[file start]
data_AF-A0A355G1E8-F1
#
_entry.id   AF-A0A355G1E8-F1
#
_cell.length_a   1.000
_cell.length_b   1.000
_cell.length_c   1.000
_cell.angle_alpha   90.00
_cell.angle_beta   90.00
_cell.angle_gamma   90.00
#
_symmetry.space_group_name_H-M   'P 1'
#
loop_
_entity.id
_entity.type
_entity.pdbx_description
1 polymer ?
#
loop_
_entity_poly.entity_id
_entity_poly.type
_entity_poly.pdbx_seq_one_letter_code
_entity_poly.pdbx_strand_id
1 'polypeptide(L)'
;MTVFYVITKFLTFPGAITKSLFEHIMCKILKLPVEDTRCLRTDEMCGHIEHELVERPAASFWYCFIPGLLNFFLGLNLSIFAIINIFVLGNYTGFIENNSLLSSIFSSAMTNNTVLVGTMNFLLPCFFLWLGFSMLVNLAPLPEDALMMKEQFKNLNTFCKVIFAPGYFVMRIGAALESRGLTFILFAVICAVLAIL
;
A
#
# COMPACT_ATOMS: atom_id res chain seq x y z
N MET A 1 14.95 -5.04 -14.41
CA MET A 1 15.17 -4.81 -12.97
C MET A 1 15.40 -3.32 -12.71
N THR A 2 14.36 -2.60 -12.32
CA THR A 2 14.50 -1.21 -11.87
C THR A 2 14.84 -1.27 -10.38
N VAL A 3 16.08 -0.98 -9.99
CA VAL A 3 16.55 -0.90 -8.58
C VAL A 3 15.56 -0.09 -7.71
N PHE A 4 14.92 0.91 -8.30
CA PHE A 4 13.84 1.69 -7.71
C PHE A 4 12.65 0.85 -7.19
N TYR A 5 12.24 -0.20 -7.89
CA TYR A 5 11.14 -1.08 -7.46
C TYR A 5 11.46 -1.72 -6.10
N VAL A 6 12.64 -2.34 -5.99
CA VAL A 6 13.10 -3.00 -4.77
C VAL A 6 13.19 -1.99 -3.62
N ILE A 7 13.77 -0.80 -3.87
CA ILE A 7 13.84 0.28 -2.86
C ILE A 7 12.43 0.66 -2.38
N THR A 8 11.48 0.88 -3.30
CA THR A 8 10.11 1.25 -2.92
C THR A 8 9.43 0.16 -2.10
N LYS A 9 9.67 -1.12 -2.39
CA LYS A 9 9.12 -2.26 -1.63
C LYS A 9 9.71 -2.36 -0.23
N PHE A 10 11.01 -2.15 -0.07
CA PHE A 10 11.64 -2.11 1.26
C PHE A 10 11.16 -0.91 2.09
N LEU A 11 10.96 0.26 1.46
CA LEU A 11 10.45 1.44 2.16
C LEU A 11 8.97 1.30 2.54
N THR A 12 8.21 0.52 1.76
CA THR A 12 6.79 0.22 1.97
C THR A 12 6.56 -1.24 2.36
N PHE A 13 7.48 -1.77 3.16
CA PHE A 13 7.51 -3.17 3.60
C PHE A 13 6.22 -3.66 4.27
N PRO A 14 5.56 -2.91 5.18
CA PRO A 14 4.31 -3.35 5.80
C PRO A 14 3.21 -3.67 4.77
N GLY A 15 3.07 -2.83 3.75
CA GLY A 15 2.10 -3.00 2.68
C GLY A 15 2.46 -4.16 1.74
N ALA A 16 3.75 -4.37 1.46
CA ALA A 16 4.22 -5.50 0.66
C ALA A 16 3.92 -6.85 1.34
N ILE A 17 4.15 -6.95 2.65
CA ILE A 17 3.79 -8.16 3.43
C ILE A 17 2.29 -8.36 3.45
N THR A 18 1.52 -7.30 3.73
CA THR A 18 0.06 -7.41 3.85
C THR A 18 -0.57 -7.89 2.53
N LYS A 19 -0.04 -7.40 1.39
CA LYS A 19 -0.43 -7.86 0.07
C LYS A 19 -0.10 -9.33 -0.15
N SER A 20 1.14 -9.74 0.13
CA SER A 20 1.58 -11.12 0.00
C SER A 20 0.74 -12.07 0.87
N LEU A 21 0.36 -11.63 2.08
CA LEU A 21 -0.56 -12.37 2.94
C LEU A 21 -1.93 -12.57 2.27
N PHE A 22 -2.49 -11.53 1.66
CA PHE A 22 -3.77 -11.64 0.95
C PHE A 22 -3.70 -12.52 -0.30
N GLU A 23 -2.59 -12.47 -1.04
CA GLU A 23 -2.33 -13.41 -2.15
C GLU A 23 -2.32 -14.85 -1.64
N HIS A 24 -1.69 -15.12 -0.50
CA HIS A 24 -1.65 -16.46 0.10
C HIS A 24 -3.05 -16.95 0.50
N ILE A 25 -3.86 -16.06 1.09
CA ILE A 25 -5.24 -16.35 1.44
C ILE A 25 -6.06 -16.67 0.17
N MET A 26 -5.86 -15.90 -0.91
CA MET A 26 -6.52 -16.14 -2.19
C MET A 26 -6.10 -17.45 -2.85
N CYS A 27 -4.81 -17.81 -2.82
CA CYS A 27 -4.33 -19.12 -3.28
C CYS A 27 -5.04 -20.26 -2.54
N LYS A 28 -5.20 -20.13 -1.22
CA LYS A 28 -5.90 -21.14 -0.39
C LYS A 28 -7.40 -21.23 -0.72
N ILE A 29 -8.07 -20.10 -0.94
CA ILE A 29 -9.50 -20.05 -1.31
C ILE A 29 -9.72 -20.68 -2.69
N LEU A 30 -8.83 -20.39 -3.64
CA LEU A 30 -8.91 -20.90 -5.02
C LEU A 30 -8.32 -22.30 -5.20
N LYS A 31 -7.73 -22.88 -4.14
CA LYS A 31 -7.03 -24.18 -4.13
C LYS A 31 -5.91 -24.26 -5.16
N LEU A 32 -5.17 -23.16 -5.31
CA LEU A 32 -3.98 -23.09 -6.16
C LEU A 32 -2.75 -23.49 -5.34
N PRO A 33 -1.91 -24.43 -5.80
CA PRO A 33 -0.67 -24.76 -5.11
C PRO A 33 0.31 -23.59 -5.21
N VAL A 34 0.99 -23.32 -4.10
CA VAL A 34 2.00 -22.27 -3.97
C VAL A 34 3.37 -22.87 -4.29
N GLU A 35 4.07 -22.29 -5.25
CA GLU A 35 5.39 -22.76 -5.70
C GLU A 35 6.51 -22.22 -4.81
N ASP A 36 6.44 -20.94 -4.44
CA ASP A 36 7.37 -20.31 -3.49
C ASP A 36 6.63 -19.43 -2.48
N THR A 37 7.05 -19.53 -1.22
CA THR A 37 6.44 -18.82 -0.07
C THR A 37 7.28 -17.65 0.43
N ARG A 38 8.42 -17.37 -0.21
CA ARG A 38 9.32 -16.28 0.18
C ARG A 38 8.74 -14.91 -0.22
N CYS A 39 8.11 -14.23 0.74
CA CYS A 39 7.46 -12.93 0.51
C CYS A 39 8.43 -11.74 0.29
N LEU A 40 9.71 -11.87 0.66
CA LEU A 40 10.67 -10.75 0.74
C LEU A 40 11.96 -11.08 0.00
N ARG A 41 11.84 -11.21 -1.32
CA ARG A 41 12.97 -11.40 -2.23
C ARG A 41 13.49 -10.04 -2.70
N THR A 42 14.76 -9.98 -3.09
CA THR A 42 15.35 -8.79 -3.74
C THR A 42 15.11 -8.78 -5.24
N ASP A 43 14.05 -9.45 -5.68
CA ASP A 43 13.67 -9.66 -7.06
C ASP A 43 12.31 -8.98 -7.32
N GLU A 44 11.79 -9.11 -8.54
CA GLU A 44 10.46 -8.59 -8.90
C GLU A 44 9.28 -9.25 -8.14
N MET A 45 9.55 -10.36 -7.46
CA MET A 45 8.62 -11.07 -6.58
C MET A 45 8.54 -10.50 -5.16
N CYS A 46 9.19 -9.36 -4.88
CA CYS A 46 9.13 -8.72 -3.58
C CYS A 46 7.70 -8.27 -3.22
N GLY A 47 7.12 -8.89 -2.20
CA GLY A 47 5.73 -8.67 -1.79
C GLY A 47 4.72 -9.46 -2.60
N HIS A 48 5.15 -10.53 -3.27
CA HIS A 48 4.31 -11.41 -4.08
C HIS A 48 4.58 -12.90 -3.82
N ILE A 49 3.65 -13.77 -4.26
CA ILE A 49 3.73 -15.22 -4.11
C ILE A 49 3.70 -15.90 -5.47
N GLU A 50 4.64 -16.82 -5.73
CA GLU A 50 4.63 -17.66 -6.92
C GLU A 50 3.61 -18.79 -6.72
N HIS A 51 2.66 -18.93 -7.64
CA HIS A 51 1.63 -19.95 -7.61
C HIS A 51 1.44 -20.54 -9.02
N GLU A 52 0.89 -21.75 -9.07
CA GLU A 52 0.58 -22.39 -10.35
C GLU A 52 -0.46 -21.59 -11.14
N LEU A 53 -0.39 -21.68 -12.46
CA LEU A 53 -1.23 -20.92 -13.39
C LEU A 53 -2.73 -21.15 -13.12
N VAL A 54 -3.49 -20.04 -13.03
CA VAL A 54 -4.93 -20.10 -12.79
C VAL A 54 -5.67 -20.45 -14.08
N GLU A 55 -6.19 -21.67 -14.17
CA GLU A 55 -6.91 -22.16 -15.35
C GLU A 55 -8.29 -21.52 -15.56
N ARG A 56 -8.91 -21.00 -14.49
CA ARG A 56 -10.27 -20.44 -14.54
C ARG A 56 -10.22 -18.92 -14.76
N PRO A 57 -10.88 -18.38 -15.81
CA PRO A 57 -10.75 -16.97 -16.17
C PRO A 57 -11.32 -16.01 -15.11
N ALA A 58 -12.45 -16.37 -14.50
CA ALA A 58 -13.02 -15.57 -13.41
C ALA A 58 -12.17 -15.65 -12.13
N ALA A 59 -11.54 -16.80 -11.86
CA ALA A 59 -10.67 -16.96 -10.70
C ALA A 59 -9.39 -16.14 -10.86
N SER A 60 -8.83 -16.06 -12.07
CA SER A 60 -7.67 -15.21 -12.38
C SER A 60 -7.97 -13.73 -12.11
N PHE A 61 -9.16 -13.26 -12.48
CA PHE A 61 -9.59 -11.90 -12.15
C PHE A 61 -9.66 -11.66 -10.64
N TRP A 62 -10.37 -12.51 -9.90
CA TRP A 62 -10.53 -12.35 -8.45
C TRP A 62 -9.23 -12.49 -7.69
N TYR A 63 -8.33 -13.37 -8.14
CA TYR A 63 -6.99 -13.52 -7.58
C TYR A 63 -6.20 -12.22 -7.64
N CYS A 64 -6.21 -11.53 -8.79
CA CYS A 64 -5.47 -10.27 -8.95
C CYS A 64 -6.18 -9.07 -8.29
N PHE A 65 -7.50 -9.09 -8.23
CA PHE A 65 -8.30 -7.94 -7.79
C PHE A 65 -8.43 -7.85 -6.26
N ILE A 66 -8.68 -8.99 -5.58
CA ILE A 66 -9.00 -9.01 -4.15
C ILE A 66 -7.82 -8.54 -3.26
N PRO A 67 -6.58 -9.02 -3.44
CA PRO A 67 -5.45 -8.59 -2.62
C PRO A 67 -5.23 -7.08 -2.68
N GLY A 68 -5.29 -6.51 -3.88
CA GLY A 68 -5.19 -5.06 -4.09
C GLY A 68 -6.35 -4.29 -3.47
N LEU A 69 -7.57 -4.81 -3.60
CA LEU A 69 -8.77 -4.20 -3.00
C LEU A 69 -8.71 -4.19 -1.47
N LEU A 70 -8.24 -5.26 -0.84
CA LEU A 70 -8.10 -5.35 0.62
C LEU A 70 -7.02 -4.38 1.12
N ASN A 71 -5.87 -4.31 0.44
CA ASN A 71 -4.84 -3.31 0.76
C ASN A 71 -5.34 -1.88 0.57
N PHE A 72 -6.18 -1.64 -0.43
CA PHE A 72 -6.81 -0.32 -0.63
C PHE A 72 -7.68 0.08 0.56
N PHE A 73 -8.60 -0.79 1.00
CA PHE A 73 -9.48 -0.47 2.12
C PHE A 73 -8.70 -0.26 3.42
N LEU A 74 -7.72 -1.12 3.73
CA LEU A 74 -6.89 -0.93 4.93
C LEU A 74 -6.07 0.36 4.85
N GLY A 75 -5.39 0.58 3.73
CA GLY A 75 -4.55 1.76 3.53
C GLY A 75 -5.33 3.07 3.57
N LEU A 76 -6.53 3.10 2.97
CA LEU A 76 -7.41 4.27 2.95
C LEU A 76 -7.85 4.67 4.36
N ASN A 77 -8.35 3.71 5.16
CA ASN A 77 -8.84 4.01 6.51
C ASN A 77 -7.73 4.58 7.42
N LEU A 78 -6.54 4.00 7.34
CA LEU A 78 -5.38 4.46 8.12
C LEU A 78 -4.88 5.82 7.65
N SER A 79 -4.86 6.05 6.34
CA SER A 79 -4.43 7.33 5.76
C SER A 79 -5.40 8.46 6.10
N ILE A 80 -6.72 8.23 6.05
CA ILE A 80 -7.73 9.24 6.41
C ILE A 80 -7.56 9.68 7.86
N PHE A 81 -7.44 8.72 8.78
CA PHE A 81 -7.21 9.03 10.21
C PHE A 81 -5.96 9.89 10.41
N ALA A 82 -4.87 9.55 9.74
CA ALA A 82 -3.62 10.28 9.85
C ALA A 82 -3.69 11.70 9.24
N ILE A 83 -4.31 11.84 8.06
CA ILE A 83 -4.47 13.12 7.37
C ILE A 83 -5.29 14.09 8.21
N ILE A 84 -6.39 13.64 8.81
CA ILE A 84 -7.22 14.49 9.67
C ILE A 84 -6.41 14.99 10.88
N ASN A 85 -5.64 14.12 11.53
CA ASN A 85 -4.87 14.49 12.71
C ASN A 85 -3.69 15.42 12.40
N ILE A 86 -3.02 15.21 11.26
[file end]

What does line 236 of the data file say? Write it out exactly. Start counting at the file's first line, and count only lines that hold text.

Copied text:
CA LEU A 69 -8.77 -4.20 -3.00